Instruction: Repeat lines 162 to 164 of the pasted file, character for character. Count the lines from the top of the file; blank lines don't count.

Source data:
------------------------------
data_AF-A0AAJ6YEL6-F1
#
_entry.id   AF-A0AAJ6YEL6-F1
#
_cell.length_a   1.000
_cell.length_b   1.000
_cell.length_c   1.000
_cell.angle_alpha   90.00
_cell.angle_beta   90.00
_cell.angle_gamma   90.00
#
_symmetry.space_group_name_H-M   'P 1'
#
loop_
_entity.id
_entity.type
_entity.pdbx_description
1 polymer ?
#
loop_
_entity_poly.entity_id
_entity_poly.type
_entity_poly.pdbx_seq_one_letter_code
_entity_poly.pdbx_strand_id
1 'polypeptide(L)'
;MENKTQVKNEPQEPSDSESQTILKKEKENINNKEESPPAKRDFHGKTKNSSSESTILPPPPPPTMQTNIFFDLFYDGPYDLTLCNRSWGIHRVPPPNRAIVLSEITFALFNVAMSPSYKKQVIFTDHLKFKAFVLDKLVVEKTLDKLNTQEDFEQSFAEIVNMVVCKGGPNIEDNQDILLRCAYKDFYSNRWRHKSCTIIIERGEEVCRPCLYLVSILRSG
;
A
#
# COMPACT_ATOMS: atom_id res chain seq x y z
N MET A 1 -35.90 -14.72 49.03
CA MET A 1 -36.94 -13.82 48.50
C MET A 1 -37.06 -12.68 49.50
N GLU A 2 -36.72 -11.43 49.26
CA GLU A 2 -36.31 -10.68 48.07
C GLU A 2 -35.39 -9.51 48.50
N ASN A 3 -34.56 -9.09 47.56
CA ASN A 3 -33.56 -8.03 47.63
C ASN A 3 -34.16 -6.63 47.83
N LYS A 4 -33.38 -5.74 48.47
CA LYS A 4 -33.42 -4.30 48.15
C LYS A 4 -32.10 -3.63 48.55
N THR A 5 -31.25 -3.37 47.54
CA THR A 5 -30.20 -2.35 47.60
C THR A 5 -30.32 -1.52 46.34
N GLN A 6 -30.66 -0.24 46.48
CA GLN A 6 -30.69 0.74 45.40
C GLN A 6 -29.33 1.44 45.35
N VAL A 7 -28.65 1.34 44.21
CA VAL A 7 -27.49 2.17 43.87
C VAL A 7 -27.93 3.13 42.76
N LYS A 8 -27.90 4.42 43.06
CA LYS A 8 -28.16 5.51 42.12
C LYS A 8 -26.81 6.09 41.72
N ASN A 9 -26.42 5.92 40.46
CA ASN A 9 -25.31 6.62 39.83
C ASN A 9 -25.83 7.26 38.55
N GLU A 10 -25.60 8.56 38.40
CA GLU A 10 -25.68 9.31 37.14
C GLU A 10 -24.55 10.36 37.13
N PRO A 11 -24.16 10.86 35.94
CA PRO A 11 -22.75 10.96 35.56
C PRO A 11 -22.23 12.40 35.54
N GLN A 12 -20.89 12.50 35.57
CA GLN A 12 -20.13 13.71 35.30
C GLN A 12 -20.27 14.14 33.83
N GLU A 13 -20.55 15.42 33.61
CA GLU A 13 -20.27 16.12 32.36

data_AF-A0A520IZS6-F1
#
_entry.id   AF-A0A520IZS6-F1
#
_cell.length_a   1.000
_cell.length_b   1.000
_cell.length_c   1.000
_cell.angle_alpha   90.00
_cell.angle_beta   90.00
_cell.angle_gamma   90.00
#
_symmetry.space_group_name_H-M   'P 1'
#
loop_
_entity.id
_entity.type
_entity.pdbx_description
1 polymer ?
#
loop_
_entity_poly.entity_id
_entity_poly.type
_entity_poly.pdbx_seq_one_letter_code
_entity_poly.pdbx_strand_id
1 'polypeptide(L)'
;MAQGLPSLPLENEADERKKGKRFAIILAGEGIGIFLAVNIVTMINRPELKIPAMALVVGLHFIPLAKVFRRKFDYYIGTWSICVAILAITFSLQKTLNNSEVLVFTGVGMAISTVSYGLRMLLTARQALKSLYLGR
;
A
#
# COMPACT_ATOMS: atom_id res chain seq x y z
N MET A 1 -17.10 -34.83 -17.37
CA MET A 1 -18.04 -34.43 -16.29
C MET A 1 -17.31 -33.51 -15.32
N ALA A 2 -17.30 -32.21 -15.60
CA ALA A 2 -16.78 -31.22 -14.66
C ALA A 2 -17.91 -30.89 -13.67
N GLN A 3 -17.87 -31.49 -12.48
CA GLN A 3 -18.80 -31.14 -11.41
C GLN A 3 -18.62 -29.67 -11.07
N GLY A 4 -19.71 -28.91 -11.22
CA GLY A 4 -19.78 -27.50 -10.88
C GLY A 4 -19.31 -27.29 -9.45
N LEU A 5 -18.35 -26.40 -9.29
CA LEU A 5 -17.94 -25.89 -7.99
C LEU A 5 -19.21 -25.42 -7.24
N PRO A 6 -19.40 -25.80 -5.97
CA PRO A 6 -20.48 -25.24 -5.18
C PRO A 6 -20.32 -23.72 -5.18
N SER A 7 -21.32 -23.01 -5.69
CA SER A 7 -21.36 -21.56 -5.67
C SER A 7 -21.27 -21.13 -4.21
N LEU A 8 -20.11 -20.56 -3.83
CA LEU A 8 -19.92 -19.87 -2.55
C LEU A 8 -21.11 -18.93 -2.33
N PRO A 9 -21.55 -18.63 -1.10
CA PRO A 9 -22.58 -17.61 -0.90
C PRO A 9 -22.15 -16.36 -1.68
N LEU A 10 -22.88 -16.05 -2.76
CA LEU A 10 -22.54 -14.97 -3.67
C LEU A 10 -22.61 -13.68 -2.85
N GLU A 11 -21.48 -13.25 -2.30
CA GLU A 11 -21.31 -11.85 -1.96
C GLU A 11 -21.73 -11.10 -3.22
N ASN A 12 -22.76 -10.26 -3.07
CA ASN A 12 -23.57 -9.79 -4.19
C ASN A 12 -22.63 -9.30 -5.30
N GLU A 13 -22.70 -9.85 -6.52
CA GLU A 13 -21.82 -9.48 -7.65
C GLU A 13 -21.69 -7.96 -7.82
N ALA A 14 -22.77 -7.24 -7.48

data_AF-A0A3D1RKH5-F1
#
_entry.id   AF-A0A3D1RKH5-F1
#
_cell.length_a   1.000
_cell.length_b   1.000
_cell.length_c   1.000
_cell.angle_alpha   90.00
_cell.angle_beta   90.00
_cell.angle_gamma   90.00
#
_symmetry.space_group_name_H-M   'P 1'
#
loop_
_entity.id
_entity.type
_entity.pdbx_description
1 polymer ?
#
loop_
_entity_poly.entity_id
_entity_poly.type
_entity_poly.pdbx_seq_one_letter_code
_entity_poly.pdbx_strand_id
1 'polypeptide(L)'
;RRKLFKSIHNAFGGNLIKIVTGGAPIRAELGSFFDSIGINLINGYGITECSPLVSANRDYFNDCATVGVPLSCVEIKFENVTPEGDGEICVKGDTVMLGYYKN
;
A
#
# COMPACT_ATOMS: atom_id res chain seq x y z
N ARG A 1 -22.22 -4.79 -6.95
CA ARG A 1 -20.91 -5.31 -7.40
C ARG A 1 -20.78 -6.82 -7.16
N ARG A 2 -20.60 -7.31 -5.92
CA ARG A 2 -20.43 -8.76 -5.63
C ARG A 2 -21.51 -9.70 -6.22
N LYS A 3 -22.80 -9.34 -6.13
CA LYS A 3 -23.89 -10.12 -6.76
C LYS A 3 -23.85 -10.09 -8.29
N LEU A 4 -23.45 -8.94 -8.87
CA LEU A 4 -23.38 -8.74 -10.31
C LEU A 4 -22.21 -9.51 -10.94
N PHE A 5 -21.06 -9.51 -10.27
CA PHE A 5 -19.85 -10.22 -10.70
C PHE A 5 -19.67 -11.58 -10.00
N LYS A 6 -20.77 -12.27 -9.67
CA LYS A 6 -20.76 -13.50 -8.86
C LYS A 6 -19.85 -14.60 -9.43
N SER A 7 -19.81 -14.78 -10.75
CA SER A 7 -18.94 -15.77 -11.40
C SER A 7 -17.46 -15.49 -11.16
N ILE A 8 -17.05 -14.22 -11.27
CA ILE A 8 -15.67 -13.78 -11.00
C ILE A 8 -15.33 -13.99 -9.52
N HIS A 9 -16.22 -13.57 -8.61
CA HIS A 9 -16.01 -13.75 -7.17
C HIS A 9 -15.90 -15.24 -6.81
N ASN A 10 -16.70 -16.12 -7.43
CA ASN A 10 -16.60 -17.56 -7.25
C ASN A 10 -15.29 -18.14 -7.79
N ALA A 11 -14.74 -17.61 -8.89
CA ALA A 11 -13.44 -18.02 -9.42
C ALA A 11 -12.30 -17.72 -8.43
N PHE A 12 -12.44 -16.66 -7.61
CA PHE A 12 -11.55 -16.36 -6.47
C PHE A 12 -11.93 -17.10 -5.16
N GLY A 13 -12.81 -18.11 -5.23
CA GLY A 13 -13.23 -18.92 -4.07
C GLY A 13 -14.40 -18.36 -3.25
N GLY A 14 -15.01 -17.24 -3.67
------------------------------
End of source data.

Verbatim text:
_entity_poly.pdbx_strand_id
1 'polypeptide(L)'
;RRKLFKSIHNAFGGNLIKIVTGGAPIRAELGSFFDSIGINLINGYGITECSPLVSANRDYFNDCATVGVPLSCVEIKFENVTPEGDGEICVKGDTVMLGYYKN